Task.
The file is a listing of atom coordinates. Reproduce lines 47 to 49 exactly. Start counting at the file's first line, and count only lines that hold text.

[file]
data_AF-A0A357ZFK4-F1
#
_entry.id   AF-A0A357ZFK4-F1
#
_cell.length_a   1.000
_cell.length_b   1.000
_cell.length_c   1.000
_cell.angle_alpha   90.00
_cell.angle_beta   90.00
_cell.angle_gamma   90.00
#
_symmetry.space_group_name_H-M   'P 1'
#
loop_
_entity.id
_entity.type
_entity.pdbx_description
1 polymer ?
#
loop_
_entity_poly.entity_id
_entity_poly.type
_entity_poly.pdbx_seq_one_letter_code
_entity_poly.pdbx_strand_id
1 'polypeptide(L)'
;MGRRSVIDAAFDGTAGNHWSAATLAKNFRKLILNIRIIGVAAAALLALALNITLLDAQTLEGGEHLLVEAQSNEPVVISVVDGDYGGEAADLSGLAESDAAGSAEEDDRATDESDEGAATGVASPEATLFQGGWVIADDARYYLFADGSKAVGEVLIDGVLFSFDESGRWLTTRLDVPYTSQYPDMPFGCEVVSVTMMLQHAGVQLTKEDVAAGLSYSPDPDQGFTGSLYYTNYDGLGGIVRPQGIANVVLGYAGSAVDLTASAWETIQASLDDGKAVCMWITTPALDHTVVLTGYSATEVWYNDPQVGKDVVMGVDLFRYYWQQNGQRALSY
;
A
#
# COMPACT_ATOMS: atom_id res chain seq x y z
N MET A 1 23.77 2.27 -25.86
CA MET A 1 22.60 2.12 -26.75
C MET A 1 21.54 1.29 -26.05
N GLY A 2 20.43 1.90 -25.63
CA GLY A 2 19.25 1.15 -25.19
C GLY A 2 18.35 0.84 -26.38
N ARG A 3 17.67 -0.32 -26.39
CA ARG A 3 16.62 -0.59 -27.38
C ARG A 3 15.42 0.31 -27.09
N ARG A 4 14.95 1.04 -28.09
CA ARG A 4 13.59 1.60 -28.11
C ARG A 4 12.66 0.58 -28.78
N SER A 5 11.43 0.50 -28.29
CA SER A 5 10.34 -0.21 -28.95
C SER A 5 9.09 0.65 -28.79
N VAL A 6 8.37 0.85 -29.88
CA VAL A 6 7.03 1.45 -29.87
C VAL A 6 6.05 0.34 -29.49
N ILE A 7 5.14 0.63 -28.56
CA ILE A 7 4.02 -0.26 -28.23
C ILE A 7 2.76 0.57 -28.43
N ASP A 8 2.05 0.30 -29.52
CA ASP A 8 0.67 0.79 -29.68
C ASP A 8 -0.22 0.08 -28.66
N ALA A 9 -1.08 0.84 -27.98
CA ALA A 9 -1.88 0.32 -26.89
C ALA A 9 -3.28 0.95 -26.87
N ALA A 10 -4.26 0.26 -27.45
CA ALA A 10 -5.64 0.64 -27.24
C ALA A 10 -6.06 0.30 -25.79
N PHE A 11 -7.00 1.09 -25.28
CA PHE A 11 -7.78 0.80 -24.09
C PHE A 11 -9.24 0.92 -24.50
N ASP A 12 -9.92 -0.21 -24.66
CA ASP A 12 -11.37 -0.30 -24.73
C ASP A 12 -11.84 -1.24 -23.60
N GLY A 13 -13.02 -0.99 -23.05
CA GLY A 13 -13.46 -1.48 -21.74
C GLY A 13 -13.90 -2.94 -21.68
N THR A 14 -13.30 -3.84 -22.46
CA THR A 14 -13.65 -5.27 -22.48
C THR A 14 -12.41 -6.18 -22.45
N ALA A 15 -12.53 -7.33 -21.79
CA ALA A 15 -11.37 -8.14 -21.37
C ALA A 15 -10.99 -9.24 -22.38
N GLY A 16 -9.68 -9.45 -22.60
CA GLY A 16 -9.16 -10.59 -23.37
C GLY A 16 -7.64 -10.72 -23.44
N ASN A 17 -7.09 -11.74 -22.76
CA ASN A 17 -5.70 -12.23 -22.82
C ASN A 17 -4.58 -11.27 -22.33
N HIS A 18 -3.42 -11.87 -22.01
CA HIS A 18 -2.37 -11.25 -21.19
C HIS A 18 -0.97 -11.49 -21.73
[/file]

CA VAL A 6 7.03 1.45 -29.87
C VAL A 6 6.05 0.34 -29.49
N ILE A 7 5.14 0.63 -28.56